Literal witch hunts are not a thing of the past. “Weather patterns continue to trigger witchcraft accusations in many parts of Africa, where witch killings persist. According to a 2003 analysis by the Berkeley economist Edward Miguel, extreme rainfall—either too much or too little—coincides with a significant increase in the number of witch killings in Tanzania,” reported a 2012 analysis in Live Science.

Climate skeptic Tony Heller of Real Climate Science has pointed out parallels between Aztec sacrifices to stop bad weather and the modern global warming movement’s efforts to appease the CO2 gods. In 1450, Aztec priests encouraged people to sacrifice blood to the gods to end the severe drought that was decimating corn crops. They ended up sacrificing thousands of people in a few weeks.

Heller quipped, “Like the Aztecs, many scientists believe that sacrificial offerings are necessary to stabilize climate. But there are some key differences.  1. Aztecs correctly believed that the climate was controlled by the moods of the Sun. Modern climate scientists have not progressed that far yet. 2. Aztec priests believed that only a small percentage of the population needed to be sacrificed, whereas the modern priests believe that everyone (except for themselves) needs to sacrifice.”

Aborigines in nineteenth-century Australia blamed the bad climate on the arrival of the White man. A March 11, 1846 article in the Maitland Mercury explained that “great changes have taken place in the climate of Australia,” citing “heavy rains” and “deluging floods” and noted, “The aborigines say that the climate has undergone this change since the white-man came in country.”

In 2013, the White man was once again being blamed for climate change. Climate activist Bill McKibben lamented, “White America has fallen short”—by voting for “climate deniers.” In a March 14, 2013 Los Angeles Times op-ed, McKibben complained, “Election after election, native-born and long-standing citizens pull the lever for climate deniers.”

The history of mankind is one of superstition and fear of the weather gods. It is a history of ritualistic appeasements in attempts to prevent bad weather. “Naked Girls Plow Fields for Rain,” blared the headline of a July 24, 2009, Reuters report. “Farmers in an eastern Indian state have asked their unmarried daughters to plow parched fields naked in a bid to embarrass the weather gods to bring some badly needed monsoon rain, officials said on Thursday.”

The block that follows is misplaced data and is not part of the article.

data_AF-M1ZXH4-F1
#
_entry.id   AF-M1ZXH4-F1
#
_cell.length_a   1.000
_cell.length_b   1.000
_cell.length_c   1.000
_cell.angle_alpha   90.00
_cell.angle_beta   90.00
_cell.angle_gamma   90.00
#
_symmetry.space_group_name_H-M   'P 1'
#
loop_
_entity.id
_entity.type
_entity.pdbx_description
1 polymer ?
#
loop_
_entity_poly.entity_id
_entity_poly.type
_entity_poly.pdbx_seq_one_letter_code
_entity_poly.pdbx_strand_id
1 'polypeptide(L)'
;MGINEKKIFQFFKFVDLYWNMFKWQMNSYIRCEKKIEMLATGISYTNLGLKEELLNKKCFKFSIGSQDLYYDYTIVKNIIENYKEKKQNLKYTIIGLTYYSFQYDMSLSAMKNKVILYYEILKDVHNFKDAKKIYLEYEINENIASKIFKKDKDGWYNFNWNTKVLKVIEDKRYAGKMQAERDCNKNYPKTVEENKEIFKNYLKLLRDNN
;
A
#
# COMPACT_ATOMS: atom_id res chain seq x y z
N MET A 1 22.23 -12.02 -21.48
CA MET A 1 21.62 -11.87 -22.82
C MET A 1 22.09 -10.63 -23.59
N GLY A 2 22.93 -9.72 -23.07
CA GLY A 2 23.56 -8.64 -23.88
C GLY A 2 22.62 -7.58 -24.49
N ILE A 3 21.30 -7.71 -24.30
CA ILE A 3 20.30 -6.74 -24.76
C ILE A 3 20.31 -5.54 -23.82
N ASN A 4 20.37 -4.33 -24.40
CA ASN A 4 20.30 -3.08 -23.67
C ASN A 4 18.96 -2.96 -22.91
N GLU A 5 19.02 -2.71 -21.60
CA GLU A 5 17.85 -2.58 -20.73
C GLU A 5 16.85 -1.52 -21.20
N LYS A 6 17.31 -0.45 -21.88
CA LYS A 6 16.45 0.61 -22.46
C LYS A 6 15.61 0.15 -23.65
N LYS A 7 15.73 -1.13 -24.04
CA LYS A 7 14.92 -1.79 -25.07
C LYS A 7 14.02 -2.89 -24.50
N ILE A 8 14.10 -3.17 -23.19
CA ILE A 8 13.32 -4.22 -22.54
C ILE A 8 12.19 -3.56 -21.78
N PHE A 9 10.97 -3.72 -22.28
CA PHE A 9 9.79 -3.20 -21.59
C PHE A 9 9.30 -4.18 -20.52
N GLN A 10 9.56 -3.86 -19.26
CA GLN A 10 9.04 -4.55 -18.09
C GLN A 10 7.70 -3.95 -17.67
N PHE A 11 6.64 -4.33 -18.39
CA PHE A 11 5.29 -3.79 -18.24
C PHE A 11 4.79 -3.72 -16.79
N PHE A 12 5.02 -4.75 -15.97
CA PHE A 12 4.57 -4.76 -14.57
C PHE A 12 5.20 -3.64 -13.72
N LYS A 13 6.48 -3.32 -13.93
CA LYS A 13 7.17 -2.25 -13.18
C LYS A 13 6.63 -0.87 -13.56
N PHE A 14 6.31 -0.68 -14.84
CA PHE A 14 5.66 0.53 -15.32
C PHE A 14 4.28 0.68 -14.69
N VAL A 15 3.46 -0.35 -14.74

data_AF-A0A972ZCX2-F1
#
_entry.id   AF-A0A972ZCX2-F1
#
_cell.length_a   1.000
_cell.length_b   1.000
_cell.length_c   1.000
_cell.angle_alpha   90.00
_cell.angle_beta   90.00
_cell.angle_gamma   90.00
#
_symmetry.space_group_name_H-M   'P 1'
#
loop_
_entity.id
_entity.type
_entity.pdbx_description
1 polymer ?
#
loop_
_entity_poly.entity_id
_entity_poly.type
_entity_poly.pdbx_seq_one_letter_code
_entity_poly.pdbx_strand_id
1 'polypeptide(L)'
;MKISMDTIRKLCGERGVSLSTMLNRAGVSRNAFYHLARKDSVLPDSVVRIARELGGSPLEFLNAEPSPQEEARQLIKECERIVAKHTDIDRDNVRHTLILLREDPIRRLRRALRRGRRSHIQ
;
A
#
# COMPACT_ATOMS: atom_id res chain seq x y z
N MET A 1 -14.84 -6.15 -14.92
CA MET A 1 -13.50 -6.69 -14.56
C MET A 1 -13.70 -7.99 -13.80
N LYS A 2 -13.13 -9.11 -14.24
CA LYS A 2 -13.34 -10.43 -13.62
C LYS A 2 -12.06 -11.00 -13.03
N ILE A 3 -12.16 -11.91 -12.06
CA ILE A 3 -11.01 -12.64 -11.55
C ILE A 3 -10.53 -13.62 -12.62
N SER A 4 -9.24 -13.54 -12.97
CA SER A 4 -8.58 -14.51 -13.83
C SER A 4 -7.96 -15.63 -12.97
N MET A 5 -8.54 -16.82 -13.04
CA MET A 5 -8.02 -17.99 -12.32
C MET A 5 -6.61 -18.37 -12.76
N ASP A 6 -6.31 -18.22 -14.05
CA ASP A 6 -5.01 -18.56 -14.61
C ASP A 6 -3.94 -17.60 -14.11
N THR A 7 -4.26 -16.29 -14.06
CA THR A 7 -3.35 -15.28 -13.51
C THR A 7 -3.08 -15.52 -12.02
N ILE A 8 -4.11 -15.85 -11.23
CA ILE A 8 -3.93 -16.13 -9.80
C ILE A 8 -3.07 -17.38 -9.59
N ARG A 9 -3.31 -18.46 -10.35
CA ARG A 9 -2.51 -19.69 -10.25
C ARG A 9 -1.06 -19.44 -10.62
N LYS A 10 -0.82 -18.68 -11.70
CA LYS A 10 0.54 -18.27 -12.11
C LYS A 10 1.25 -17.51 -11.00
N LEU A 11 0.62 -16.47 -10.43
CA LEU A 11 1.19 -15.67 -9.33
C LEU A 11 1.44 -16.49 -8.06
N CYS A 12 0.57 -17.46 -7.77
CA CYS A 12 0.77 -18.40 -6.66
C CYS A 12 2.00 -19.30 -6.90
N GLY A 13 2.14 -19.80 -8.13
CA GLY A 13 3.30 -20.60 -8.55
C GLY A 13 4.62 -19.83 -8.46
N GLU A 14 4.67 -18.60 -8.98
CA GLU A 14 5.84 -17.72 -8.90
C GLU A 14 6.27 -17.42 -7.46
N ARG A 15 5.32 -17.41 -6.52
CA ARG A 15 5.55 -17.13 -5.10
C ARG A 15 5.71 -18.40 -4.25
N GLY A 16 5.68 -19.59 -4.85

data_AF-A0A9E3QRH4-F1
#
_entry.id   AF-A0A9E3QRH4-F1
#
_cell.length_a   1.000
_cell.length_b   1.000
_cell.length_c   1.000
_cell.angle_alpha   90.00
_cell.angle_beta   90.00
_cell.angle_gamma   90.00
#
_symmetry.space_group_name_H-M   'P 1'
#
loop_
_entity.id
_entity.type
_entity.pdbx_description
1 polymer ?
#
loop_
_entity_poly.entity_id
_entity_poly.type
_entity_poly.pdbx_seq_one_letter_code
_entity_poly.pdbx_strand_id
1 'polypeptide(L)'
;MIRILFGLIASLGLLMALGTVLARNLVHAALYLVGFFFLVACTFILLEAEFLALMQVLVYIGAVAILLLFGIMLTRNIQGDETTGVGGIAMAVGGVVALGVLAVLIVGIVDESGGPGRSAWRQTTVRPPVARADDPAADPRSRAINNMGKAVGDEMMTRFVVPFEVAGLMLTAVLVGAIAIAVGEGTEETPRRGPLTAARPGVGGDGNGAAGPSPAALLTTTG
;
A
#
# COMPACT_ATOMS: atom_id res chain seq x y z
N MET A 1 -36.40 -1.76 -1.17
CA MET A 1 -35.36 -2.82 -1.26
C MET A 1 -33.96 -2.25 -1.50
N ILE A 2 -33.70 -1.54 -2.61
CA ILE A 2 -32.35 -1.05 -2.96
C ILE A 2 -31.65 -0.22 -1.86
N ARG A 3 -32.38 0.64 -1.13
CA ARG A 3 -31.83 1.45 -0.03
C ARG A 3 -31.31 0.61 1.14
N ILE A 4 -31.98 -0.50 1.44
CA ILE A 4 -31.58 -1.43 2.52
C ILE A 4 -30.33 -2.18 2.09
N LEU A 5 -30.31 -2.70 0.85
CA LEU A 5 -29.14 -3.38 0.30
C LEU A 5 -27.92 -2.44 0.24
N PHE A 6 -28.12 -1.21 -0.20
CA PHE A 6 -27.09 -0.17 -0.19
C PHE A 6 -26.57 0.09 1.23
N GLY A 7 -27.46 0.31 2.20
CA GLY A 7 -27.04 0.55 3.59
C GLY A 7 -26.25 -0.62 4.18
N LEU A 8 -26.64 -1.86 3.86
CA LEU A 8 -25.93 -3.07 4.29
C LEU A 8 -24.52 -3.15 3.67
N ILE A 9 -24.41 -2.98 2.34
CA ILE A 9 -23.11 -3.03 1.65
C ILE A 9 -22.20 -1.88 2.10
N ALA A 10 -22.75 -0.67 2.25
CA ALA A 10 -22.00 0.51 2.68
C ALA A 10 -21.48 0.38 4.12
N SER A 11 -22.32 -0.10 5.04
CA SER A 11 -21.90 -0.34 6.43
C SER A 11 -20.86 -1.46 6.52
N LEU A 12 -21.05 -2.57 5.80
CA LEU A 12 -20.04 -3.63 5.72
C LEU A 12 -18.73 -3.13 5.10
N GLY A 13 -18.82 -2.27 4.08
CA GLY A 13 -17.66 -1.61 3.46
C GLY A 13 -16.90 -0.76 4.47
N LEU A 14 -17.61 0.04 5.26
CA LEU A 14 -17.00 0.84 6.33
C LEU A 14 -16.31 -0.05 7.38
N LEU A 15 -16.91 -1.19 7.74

A 2009 article in reported, “The Karimojong [in Uganda] blame the spell of calamities like drought and disease to the “angry gods.” As the report explained, “Little do they know that their area is suffering the consequences of a larger problem, climate change.”

As University of London professor emeritus Philip Stott pointed out, “From the Babylon of Gilgamesh to the post-Eden of Noah, every age has viewed climate change cataclysmically, as retribution for human greed and sinfulness.” Stott explained, “Extreme weather events are ever present, and there is no evidence of systematic increases. . . . Global warming represents the latest doom-laden ‘crisis,’ one demanding sacrifice to Gaia for our wicked fossil-fuel-driven ways. But neither history nor science bolsters such an apocalyptic faith.”

Extreme weather expert Roger Pielke Jr. of the University of Colorado wrote of the mystical qualities of the climate change claims in an analysis titled “It has been foretold.” “Because various unsupportable and just wrong claims are being advanced by leading scientists and scientific organizations, it would be easy to get the impression that on the issues of extreme events and climate change, IPCC science has a status similar to interpretations of Nostradamus and the Mayan calenders.”

Scientist Doug Hoffman mocked the climate change establishment. “The whole enterprise is reminiscent of Medieval mystics claiming to predict the future while spouting gibberish,” Hoffman, a mathematician and engineer who worked on environmental models and conducted research in molecular dynamics simulations, Hoffman wrote on October 13, 2009. “Palm readers and fortune tellers stand as good a chance as any in this game.”

Today’s global warming narrative blames every bad weather event on man-caused global warming. As we have seen, there is no way to falsify these “climate change” claims because bad weather events are always going to happen—and every bad weather event “proves” their case. Have we really advanced since the days of the medieval witch hunt?




Preserving the graphics:  Most graphics on this site are hotlinked from elsewhere.  But hotlinked graphics sometimes have only a short life -- as little as a week in some cases.  After that they no longer come up.  From January 2011 on, therefore, I have posted a monthly copy of everything on this blog to a separate site where I can host text and graphics together -- which should make the graphics available even if they are no longer coming up on this site.  See  here or here